If you think about it, analytics are spooky. Analytics are used to understand website user acquisition and behavior—while these users behind closed doors—to gain insight on how to further optimize marketing efforts to appeal to the target audience’s interests and motives. In some cases, marketers can even be considered ghostly because while users cannot see us, we can see them and all their activity. The use of analytics to look into website user behavior allows marketers to get inside the minds of users to track activity and foreshadow what user interaction is next. However, simply analyzing high-level acquisition and behavior using primary metrics will not result in a complete understanding of how to improve marketing efforts and achieve organizational objectives, so we’re here to point out some of the metrics and dimensions that could be added to your review when analyzing your users.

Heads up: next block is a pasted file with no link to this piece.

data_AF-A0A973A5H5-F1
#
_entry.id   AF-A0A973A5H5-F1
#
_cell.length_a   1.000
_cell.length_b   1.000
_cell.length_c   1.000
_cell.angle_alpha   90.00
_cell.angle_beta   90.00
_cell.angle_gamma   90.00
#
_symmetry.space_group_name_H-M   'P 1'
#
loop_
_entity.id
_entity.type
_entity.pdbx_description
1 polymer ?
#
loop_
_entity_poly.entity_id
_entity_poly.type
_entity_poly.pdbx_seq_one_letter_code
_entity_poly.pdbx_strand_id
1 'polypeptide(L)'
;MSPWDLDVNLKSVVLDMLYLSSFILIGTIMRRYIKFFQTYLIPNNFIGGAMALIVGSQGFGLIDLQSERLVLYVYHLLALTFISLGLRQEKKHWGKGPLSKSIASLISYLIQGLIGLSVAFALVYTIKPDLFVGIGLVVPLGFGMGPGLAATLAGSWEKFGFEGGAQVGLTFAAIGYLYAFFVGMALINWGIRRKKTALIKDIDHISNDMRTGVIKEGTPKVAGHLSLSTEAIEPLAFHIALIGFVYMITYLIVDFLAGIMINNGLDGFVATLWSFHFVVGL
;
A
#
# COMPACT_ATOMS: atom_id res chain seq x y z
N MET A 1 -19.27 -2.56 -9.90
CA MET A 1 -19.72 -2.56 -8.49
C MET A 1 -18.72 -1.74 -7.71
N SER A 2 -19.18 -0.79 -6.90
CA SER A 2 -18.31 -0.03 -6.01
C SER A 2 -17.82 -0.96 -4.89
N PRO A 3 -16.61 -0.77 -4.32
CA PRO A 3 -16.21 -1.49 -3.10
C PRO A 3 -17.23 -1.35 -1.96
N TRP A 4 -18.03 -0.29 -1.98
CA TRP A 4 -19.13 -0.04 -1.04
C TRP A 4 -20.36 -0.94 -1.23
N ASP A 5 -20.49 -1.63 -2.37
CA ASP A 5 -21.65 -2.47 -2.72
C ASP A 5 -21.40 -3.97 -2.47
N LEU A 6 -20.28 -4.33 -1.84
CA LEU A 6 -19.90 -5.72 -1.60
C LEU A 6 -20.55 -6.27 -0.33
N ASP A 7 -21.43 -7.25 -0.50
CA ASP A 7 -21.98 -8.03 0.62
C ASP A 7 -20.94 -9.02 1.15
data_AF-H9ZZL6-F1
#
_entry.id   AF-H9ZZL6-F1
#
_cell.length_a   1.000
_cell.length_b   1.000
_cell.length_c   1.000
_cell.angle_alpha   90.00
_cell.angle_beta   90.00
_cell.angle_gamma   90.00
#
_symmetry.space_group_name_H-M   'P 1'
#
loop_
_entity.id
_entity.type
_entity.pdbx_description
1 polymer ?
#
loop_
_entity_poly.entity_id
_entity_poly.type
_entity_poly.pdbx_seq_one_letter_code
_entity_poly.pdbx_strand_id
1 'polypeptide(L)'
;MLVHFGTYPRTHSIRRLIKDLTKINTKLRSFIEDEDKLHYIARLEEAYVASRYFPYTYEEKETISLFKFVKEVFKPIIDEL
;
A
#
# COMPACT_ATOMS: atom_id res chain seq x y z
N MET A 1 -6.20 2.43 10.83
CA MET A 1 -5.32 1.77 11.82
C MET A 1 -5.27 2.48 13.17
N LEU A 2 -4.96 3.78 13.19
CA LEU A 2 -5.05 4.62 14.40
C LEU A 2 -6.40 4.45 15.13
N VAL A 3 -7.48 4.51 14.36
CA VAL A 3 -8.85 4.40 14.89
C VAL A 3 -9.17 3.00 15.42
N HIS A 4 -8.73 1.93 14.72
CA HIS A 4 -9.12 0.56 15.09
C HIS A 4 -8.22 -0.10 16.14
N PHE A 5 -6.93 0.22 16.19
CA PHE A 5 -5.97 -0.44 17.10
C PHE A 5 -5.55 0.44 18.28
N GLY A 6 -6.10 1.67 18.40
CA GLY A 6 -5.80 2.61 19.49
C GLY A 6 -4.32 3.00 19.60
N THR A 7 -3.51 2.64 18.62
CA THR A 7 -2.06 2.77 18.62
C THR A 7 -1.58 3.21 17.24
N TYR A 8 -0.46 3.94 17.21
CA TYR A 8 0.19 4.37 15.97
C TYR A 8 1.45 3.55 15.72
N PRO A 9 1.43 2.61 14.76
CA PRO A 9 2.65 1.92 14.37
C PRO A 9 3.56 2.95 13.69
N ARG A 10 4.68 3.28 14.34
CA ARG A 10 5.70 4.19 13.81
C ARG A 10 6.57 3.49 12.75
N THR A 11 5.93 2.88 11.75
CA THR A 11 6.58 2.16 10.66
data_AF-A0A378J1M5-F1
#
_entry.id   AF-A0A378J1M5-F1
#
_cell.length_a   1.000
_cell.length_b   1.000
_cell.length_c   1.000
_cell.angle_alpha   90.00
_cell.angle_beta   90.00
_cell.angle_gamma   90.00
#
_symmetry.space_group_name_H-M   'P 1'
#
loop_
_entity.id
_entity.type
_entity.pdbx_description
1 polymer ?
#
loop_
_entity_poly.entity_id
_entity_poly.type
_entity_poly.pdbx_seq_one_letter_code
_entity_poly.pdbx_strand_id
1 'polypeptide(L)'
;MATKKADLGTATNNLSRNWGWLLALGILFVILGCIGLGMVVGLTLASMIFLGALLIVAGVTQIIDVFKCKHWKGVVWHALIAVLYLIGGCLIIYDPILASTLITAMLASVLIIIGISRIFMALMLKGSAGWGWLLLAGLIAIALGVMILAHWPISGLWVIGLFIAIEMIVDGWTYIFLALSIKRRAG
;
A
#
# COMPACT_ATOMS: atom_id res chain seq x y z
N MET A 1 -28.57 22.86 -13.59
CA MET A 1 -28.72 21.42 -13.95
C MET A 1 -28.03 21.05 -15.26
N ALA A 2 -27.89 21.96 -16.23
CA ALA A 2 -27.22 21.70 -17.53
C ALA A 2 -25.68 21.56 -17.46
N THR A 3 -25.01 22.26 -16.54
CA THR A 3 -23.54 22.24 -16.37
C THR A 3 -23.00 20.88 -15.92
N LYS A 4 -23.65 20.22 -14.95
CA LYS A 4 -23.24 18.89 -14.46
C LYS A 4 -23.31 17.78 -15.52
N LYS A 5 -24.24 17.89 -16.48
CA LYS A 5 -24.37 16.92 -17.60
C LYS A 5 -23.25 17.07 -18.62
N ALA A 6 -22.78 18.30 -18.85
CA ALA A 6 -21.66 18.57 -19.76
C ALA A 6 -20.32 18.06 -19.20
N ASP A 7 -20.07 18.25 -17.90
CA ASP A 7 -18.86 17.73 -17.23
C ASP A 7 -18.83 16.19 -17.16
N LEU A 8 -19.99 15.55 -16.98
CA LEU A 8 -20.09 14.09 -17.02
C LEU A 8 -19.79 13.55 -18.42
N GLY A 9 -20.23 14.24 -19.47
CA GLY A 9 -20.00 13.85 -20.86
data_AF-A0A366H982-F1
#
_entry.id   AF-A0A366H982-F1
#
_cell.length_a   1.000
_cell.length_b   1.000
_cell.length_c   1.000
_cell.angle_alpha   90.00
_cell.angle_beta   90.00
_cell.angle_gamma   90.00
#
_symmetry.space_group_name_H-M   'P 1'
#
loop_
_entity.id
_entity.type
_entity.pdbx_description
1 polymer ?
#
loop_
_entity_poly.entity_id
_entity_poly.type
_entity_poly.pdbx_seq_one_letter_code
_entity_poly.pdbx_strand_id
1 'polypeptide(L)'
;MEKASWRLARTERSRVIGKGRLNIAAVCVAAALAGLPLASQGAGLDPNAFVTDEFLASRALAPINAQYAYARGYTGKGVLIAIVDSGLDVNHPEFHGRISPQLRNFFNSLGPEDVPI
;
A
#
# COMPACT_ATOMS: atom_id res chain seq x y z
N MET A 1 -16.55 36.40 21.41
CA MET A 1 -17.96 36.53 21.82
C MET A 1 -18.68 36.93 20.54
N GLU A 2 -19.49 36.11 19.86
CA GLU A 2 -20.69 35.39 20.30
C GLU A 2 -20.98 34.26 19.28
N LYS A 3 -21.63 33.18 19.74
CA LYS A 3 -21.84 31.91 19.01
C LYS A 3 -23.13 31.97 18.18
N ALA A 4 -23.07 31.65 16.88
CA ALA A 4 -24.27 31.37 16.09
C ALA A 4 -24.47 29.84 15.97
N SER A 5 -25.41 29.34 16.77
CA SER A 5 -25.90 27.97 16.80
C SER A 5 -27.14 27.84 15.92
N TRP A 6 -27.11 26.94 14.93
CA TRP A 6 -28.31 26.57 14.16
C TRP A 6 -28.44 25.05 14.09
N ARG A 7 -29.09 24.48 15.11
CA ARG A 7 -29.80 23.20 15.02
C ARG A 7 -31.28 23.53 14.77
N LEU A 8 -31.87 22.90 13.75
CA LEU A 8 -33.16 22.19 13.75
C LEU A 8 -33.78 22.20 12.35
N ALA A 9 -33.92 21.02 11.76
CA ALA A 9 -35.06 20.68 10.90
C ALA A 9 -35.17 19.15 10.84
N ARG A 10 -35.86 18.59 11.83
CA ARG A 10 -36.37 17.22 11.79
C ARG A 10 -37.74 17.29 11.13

Google Analytics offers an often underutilized feature called secondary dimensions. These dimensions allow marketers the opportunity to dig deeper into specific metrics to get even more detailed information about a website’s users, their behavior, and their engagement which can be used to gain valuable insights on how your website can be optimized. Read below for some of the most common marketing objectives and some of the specific secondary dimensions that could help create a howling year-end report: